• White-water Rafting
  • Backpacking
  • Canyoneering
  • Skydiving
A group of RVs caped about a mile away.

A group of RVs camped about a mile away.

While I don’t do many of those things, I still revel in the energy that’s here because so many truly alive and adventurous people are concentrated into one small area. No one is here waiting till they are old to enjoy life, in fact the majority are young, vibrant people living life on the edge. And even the older folks who come here are the most adventurous ones who are savoring and drawing deeply from all that life has to offer.

The prevailing attitude and energy in Moab, UT is to look Death straight in the eye and spit in his face!

My kind of people!

The only problem with it’s popularity is the crowds and traffic around town, which spills over into limited camping. As far as I can tell, there isn’t an available RV space in town, they are all full. The soil in this area is very fragile so the BLM seems to continually close areas to dispersed camping. Fortunately, there is one very good place left that is still open, mainly because it’s on state land, and that is the area down Willow Flats Road where we are camped now. I have a map to our current camp at the bottom of the post.

It might be stormy right now, but just wait a couples hours and it will change completely!

If you don’t like the stormy weather right now, just wait a couples hours and it will change completely!

No matter where you live, I highly recommend you put Moab at the top of your bucket list and make sure you get here. The sooner the better!

Moab-camp-2

 

 

Bob
About

I've been a full-time VanDweller for 12 years and I love it. I hope to never live in a house again!

Posted in Adventure, Boondocking, Camping Locations, Travel
38 comments on “Moab, Utah Campsite
  1. Ming says:

    hey, at least when you get rain there, you don’t stay wet for long. I just came back from a trip to the damp coast of Vancouver Island. So beautiful on the coastal beaches, but I was reminded that when things get wet there, they don’t dry out!! (hence all the giant, moss encrusted trees) I have to remember to get my timing right, wet coast in the summer, and desert in the cooler months.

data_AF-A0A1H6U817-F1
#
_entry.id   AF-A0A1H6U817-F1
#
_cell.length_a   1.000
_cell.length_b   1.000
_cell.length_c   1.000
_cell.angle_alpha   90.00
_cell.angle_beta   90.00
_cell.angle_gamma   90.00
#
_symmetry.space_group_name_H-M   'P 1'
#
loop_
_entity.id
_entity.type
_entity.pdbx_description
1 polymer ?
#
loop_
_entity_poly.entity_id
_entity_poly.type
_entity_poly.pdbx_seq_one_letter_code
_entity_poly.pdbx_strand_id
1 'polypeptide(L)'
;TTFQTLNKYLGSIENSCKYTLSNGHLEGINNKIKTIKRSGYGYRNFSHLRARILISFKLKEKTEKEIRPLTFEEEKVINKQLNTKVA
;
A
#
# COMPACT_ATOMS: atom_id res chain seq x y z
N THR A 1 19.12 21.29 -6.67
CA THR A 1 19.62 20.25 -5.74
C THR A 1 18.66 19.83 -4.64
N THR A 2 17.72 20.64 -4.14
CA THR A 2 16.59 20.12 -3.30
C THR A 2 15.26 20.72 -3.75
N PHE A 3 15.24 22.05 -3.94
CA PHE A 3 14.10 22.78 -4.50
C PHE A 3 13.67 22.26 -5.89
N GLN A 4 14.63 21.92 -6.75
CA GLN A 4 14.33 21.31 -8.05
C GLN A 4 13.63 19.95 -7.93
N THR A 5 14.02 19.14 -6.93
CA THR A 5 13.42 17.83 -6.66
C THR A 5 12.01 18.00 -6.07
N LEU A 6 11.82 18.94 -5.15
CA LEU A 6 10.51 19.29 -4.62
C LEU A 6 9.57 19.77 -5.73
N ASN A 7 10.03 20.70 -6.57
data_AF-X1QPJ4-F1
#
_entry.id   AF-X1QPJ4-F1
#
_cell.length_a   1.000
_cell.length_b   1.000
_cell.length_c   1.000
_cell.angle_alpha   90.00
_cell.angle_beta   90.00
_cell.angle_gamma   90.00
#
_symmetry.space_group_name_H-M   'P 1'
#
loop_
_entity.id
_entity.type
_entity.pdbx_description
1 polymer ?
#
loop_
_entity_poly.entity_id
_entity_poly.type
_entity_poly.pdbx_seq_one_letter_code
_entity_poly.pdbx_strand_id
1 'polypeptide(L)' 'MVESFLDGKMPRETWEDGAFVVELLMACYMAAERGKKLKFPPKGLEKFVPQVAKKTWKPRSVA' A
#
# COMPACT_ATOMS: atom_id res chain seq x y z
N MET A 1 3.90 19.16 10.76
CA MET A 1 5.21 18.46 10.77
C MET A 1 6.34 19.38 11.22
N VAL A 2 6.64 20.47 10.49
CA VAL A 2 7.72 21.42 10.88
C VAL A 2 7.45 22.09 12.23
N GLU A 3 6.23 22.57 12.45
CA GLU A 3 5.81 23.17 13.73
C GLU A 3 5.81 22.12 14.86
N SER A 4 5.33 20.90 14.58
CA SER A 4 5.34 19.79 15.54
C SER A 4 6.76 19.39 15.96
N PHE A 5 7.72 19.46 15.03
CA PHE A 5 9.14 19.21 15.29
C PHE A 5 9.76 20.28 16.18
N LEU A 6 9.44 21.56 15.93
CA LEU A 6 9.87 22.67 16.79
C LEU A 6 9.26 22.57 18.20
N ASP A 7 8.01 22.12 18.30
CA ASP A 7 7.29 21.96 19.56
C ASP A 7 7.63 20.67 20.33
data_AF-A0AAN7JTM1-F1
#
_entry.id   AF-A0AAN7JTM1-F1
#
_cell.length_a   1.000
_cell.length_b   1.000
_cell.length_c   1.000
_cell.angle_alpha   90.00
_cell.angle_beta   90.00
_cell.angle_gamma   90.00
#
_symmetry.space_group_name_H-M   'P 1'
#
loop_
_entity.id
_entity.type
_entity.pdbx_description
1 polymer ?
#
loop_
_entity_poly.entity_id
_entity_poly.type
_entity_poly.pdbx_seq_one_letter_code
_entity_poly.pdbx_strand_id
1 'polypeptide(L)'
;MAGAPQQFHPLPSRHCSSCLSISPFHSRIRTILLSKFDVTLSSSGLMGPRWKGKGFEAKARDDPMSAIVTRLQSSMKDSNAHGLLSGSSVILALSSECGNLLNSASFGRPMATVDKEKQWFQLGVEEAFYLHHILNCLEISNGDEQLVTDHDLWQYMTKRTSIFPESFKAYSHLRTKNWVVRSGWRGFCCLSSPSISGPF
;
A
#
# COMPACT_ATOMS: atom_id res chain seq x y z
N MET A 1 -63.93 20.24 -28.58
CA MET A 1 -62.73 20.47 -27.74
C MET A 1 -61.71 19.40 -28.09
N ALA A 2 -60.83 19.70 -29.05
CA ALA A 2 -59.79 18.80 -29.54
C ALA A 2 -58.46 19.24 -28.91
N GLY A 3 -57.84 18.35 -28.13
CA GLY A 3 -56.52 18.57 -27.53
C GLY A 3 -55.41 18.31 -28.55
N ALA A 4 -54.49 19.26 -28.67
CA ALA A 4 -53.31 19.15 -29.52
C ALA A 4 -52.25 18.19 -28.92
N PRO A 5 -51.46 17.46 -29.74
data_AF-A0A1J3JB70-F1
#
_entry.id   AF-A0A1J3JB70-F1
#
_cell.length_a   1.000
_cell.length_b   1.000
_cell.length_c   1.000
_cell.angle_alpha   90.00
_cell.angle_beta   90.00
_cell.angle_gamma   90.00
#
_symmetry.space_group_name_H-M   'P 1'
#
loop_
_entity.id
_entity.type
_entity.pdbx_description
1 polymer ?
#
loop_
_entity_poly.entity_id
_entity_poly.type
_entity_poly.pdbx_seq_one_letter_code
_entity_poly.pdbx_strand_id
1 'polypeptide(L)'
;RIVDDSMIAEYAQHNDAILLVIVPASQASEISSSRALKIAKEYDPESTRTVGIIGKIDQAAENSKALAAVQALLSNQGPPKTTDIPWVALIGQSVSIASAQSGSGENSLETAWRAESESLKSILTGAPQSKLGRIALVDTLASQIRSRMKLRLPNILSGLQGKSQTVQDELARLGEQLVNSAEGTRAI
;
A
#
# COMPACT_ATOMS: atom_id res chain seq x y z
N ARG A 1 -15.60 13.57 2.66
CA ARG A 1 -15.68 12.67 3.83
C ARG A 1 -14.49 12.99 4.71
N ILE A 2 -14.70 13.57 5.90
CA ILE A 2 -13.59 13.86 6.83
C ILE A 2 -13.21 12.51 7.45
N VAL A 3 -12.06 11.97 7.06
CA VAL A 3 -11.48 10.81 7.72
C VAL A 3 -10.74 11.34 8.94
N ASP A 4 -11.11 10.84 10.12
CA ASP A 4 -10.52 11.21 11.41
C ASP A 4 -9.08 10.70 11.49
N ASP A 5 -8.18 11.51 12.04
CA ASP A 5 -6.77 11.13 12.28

It’s nice to come back and see other kinds of beautiful travel pictures from you and Suanne, as well as your photo tips for the area. I must pick up the photo books you mentioned in past posts.

    • Bob Bob says:

      You’re right about that Ming, it dries out super fast here!

      I think I like that better than staying wet forever!
      Bob

  2. I just waited out that storm over near Dolores, CO. Now in Canyonlands. It’s special country!
    Richard Muller recently posted…Lunch outMy Profile

  3. Mountain dan says:

    Hi Bob: We’re staying in the east end of Flagstaff next to the Coconino NF, and that’s what everybody tells us too about the weather, is that this is very unusually cool. Up on Mount Humphrey just north of Flagstaff, I was hiking on that mountain today, and it was miserable. Too much slush on the trail from the heavier than expected snowfall. Apparently, it’s not just in the west, but near Kansas City there was some flooding from the same aberrant weather system. regards, Mountain Dan